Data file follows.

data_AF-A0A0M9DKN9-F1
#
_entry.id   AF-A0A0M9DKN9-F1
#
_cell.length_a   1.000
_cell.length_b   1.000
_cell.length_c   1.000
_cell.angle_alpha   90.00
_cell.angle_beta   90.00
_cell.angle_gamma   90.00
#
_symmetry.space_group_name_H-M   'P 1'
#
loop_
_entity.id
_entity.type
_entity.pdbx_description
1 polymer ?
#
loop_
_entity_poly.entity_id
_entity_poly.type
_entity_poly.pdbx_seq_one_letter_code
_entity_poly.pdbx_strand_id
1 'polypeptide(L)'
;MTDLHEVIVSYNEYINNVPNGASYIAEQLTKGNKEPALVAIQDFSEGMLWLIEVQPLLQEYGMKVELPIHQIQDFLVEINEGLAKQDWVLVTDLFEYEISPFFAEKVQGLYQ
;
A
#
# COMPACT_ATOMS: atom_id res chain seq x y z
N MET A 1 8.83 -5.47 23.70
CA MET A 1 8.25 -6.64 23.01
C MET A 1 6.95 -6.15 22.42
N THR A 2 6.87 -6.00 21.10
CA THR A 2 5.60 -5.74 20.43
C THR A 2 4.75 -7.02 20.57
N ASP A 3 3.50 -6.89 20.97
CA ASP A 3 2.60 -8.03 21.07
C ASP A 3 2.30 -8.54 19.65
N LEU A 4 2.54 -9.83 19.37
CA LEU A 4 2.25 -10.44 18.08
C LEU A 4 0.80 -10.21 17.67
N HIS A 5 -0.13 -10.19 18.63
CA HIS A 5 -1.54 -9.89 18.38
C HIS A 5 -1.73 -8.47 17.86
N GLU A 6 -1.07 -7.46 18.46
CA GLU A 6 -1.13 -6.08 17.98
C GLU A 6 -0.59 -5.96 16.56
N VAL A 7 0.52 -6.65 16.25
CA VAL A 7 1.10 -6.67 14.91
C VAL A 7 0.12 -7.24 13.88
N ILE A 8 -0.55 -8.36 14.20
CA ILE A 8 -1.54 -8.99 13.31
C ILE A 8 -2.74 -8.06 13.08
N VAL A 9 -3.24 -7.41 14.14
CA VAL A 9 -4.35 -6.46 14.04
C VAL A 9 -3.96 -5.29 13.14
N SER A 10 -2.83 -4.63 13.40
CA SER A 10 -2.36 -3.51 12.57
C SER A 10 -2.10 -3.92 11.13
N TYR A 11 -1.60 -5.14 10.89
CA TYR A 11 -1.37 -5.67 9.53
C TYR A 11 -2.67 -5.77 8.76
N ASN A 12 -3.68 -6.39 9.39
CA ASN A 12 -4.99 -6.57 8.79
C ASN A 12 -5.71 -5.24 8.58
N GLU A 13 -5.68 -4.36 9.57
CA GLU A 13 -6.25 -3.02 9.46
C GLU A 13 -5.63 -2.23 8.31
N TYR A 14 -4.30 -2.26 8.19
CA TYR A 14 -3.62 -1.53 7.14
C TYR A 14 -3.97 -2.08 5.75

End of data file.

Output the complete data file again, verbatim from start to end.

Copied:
data_AF-A0A0M9DKN9-F1
#
_entry.id   AF-A0A0M9DKN9-F1
#
_cell.length_a   1.000
_cell.length_b   1.000
_cell.length_c   1.000
_cell.angle_alpha   90.00
_cell.angle_beta   90.00
_cell.angle_gamma   90.00
#
_symmetry.space_group_name_H-M   'P 1'
#
loop_
_entity.id
_entity.type
_entity.pdbx_description
1 polymer ?
#
loop_
_entity_poly.entity_id
_entity_poly.type
_entity_poly.pdbx_seq_one_letter_code
_entity_poly.pdbx_strand_id
1 'polypeptide(L)'
;MTDLHEVIVSYNEYINNVPNGASYIAEQLTKGNKEPALVAIQDFSEGMLWLIEVQPLLQEYGMKVELPIHQIQDFLVEINEGLAKQDWVLVTDLFEYEISPFFAEKVQGLYQ
;
A
#
# COMPACT_ATOMS: atom_id res chain seq x y z
N MET A 1 8.83 -5.47 23.70
CA MET A 1 8.25 -6.64 23.01
C MET A 1 6.95 -6.15 22.42
N THR A 2 6.87 -6.00 21.10
CA THR A 2 5.60 -5.74 20.43
C THR A 2 4.75 -7.02 20.57
N ASP A 3 3.50 -6.89 20.97
CA ASP A 3 2.60 -8.03 21.07
C ASP A 3 2.30 -8.54 19.65
N LEU A 4 2.54 -9.83 19.37
CA LEU A 4 2.25 -10.44 18.08
C LEU A 4 0.80 -10.21 17.67
N HIS A 5 -0.13 -10.19 18.63
CA HIS A 5 -1.54 -9.89 18.38
C HIS A 5 -1.73 -8.47 17.86
N GLU A 6 -1.07 -7.46 18.46
CA GLU A 6 -1.13 -6.08 17.98
C GLU A 6 -0.59 -5.96 16.56
N VAL A 7 0.52 -6.65 16.25
CA VAL A 7 1.10 -6.67 14.91
C VAL A 7 0.12 -7.24 13.88
N ILE A 8 -0.55 -8.36 14.20
CA ILE A 8 -1.54 -8.99 13.31
C ILE A 8 -2.74 -8.06 13.08
N VAL A 9 -3.24 -7.41 14.14
CA VAL A 9 -4.35 -6.46 14.04
C VAL A 9 -3.96 -5.29 13.14
N SER A 10 -2.83 -4.63 13.40
CA SER A 10 -2.36 -3.51 12.57
C SER A 10 -2.10 -3.92 11.13
N TYR A 11 -1.60 -5.14 10.89
CA TYR A 11 -1.37 -5.67 9.53
C TYR A 11 -2.67 -5.77 8.76
N ASN A 12 -3.68 -6.39 9.39
CA ASN A 12 -4.99 -6.57 8.79
C ASN A 12 -5.71 -5.24 8.58
N GLU A 13 -5.68 -4.36 9.57
CA GLU A 13 -6.25 -3.02 9.46
C GLU A 13 -5.63 -2.23 8.31
N TYR A 14 -4.30 -2.26 8.19
CA TYR A 14 -3.62 -1.53 7.14
C TYR A 14 -3.97 -2.08 5.75